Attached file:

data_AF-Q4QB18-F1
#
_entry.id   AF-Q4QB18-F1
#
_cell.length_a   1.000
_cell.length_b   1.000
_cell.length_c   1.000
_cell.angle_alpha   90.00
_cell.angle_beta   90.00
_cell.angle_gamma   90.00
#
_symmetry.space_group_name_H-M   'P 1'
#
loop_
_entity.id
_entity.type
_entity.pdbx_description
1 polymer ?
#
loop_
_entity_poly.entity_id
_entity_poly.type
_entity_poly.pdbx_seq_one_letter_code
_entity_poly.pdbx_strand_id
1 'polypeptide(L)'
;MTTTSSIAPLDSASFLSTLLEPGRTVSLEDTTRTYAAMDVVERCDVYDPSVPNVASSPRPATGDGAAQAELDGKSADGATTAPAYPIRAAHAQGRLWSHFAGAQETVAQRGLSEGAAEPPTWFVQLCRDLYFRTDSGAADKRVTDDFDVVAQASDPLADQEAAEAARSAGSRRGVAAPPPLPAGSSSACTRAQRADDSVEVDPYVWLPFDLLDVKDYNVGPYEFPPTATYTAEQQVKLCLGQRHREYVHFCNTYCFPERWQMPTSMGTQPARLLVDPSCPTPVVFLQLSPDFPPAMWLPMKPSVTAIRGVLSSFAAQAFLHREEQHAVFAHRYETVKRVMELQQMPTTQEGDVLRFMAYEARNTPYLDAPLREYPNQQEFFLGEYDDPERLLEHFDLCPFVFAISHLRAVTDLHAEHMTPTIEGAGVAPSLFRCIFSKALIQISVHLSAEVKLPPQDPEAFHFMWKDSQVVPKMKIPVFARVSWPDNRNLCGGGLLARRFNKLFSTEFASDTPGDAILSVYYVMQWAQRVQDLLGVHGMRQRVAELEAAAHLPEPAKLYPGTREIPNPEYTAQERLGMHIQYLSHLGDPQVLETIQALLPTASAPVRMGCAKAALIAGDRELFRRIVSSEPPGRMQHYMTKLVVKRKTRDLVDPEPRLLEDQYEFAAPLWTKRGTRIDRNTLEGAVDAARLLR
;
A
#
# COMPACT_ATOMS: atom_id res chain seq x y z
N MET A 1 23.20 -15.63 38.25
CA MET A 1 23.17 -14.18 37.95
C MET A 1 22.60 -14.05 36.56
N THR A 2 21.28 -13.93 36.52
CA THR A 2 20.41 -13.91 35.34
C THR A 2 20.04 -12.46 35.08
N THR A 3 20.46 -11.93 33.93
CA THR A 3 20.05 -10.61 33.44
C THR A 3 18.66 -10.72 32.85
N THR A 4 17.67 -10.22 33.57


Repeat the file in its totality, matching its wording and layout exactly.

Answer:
data_AF-Q4QB18-F1
#
_entry.id   AF-Q4QB18-F1
#
_cell.length_a   1.000
_cell.length_b   1.000
_cell.length_c   1.000
_cell.angle_alpha   90.00
_cell.angle_beta   90.00
_cell.angle_gamma   90.00
#
_symmetry.space_group_name_H-M   'P 1'
#
loop_
_entity.id
_entity.type
_entity.pdbx_description
1 polymer ?
#
loop_
_entity_poly.entity_id
_entity_poly.type
_entity_poly.pdbx_seq_one_letter_code
_entity_poly.pdbx_strand_id
1 'polypeptide(L)'
;MTTTSSIAPLDSASFLSTLLEPGRTVSLEDTTRTYAAMDVVERCDVYDPSVPNVASSPRPATGDGAAQAELDGKSADGATTAPAYPIRAAHAQGRLWSHFAGAQETVAQRGLSEGAAEPPTWFVQLCRDLYFRTDSGAADKRVTDDFDVVAQASDPLADQEAAEAARSAGSRRGVAAPPPLPAGSSSACTRAQRADDSVEVDPYVWLPFDLLDVKDYNVGPYEFPPTATYTAEQQVKLCLGQRHREYVHFCNTYCFPERWQMPTSMGTQPARLLVDPSCPTPVVFLQLSPDFPPAMWLPMKPSVTAIRGVLSSFAAQAFLHREEQHAVFAHRYETVKRVMELQQMPTTQEGDVLRFMAYEARNTPYLDAPLREYPNQQEFFLGEYDDPERLLEHFDLCPFVFAISHLRAVTDLHAEHMTPTIEGAGVAPSLFRCIFSKALIQISVHLSAEVKLPPQDPEAFHFMWKDSQVVPKMKIPVFARVSWPDNRNLCGGGLLARRFNKLFSTEFASDTPGDAILSVYYVMQWAQRVQDLLGVHGMRQRVAELEAAAHLPEPAKLYPGTREIPNPEYTAQERLGMHIQYLSHLGDPQVLETIQALLPTASAPVRMGCAKAALIAGDRELFRRIVSSEPPGRMQHYMTKLVVKRKTRDLVDPEPRLLEDQYEFAAPLWTKRGTRIDRNTLEGAVDAARLLR
;
A
#
# COMPACT_ATOMS: atom_id res chain seq x y z
N MET A 1 23.20 -15.63 38.25
CA MET A 1 23.17 -14.18 37.95
C MET A 1 22.60 -14.05 36.56
N THR A 2 21.28 -13.93 36.52
CA THR A 2 20.41 -13.91 35.34
C THR A 2 20.04 -12.46 35.08
N THR A 3 20.46 -11.93 33.93
CA THR A 3 20.05 -10.61 33.44
C THR A 3 18.66 -10.72 32.85
N THR A 4 17.67 -10.22 33.57